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, 143 (5), 641-53

Infusion of Haplo-Identical Killer Immunoglobulin-Like Receptor Ligand Mismatched NK Cells for Relapsed Myeloma in the Setting of Autologous Stem Cell Transplantation

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Infusion of Haplo-Identical Killer Immunoglobulin-Like Receptor Ligand Mismatched NK Cells for Relapsed Myeloma in the Setting of Autologous Stem Cell Transplantation

Jumei Shi et al. Br J Haematol.

Abstract

Killer immunoglobulin-like receptor (KIR)-ligand mismatched natural killer (NK) cells play a key role in achieving durable remission after haplo-identical transplantation for acute myeloid leukaemia. We investigated the feasibility of transfusing haplo-identical, T-cell depleted, KIR-ligand mismatched NK cells, after conditioning therapy with melphalan and fludarabine, to patients with advanced multiple myeloma (MM) followed by delayed rescue with autologous stem cells. No graft-versus-host disease or failure of autologous stem cells to engraft was observed. There was significant variation in the number of allo-reactive NK cells transfused. However, all NK products containing allo-reactive NK cells killed the NK cell target K562, the MM cell line U266, and recipient MM cells when available. Post NK cell infusion there was a rise in endogenous interleukin-15 accompanied by increasing donor chimaerism. Donor chimaerism was eventually lost, which correlated with the emergence of potent host anti-donor responses indicating that the immunosuppressive properties of the conditioning regimen require further optimization. Further, blocking of inhibitory KIR-ligands with anti-human leucocyte antigen antibody substantially enhanced killing of MM cells thus highlighting the potential for modulating NK/MM cell interaction. Encouragingly, 50% of patients achieved (near) complete remission. These data set the stage for future studies of KIR-ligand mismatched NK cell therapy in the autologous setting.

Figures

Fig 1
Fig 1
Protocol schema ‘haplo-identical NK cell therapy combined with delayed autografting’. Conditioning therapy comprised fludarabine (Flu, 25 mg/m2 on day −5 to day −2), dexamethasone (Dex, 40 mg/d on days −5 to −2), and melphalan (MEL, 140 mg/m2 IV on day −1). Flu and Dex were given to deplete patient lymphocytes in order to prevent rejection of allogeneic NK cells. MEL 140 mg/m2 was used for tumour reduction. NK cells from a haplo-identical KIR-ligand mismatched family donor were transfused on days 0 and +2. IL-2 was given daily to support the survival and expansion of NK cells in vivo. Autologous PBSCT was delayed to provide a window for donor NK cell product to kill residual myeloma cells.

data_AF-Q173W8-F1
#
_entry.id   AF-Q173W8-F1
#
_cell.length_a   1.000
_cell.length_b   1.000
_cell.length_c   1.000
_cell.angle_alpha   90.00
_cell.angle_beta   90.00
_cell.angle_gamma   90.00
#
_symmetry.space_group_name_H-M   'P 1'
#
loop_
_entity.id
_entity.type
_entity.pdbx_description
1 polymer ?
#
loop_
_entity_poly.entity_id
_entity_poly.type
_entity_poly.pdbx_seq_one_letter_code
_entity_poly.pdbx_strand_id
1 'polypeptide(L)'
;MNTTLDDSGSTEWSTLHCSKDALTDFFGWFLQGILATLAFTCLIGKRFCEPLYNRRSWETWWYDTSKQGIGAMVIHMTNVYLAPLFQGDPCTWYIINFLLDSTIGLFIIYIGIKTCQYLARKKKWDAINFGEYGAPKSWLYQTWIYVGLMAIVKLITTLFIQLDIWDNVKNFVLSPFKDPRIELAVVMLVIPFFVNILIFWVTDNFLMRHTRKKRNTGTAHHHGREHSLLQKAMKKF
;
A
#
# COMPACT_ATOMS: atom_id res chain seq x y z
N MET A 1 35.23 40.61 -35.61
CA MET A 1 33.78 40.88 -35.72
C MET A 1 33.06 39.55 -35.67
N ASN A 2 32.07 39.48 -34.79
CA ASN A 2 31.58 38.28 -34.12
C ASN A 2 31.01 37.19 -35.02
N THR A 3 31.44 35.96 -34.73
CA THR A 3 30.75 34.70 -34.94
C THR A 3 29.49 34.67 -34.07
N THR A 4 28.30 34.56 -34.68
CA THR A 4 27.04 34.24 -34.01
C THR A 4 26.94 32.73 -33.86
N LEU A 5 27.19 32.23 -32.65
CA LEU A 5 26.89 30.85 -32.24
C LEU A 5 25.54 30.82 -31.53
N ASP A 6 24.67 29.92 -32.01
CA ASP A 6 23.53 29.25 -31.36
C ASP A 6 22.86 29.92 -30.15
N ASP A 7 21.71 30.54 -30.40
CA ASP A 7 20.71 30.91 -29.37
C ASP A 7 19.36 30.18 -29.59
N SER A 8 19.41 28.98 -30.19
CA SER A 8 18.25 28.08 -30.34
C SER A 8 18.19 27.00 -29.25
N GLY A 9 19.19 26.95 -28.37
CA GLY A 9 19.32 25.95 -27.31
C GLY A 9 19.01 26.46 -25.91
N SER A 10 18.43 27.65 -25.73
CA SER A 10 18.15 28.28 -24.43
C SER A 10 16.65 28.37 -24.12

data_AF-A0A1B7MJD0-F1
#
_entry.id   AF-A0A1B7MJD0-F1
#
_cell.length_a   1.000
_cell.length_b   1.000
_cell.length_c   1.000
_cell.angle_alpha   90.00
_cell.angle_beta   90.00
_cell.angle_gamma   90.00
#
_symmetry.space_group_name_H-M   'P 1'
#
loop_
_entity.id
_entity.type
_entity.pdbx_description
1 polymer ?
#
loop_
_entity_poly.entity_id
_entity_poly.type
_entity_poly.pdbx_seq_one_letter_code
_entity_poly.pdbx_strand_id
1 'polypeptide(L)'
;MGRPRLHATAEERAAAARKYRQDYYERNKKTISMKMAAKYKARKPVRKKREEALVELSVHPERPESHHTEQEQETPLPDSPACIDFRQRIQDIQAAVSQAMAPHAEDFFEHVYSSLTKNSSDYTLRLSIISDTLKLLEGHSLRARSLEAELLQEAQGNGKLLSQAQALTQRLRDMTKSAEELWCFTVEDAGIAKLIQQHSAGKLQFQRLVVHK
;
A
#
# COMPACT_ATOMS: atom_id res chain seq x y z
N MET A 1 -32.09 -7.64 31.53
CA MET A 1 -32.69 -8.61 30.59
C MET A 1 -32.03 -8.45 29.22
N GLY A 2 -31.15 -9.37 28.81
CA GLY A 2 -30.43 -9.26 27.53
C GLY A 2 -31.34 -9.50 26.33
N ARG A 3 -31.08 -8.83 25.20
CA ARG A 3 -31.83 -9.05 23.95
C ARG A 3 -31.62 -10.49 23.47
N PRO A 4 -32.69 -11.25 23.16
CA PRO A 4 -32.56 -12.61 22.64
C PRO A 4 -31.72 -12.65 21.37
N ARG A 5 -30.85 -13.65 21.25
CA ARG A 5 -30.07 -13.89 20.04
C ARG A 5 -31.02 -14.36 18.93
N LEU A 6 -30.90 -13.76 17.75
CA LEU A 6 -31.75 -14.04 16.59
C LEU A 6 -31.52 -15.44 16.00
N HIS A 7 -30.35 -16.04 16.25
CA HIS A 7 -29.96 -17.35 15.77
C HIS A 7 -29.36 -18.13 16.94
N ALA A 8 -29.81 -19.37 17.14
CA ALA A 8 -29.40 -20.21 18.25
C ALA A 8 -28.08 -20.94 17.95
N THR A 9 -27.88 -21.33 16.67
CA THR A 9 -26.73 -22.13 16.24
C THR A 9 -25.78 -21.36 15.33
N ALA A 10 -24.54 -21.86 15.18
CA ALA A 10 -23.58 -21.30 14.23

Fig 2
Fig 2
All donor NK products killed KIR-ligand mismatched MM cells. Donor NK cells lysed MM cell targets lacking inhibitory KIR-ligands including patient MM cells (when available), with the exception of donor 7, who did not have allo-reactive NK cells. K562, patient MM cells, U266 MM cell line (homozygous C group 1 and HLA-Bw4 negative), and patient PHA blasts were employed as targets in a standard 4-h 51Cr release assay, at E/T ratios of <10:1. Patient primary MM cells were available for patients 2, 3, 6, 7 and 8. Specific lysis percentage was calculated as (test release − spontaneous release)/(maximal release − spontaneous release) × 100. All experiments were performed in triplicate wells and the mean ± SD were presented. One of three independent experiments was shown. All experiments were performed with the final NK cell product, which had been incubated overnight (products 1–4) or during cell processing with 300 IU/ml of IL-2 (products 5–10).
Fig 3
Fig 3
Blocking of HLA class I molecules increases NK cell-mediated lysis of primary MM cells. Anti-human HLA-ABC monoclonal antibody, clone W6/32, (10 μg/ml) was used in the blocking experiments. Control and blocked cells were employed as targets in the cytotoxicity assay, at E/T ratios of <10:1. Specific lysis percentage was expressed as (test release − spontaneous release)/(maximal release − spontaneous release) × 100. All experiments were performed in triplicate wells and the mean ± SD was present. One of three independent experiments was shown. Effectors comprised the corresponding haplo-identical donor’s final NK cell product after IL-2 incubation. Pt, patient.
Fig 4
Fig 4
Persistence of donor cells in vivo in patients post NK cell infusion. Persistence of donor cells was assessed by real-time PCR-based chimaerism assay analysing polymorphisms of HLA-DRB1 or short tandem repeat. The total WBC and lymphocyte count (×109/dl) are indicated above each data point. Pt, patient; NA, not available.
Fig 5
Fig 5
Patient T cells responded to donor cells post NK cell infusion. Mean ± SD of stimulation index (SI) is shown. The data shown are representative of an average of four recipient-donor MLRs analysed. The composition of the responder cells at each day is shown for each time point to demonstrate that the increase in SI reflected an increase in actual T-cell responsiveness over time rather than a change in CD3+ T-cell composition. SI = CPM in cultures with donor NK cell product/CPM in cultures with autologous PHA blasts.
Fig 6
Fig 6
NK cell growth factor IL-15 was detected in vivo post NK cell infusion. Serum levels of IL-15 were measured by ELISA. Black squares represent the mean values ± SD of nine recipient-donor pairs studied. Open triangles represent the mean values ± SD of two patients treated with autologous PBSCT after standard melphalan 200 mg/m2 conditioning therapy.

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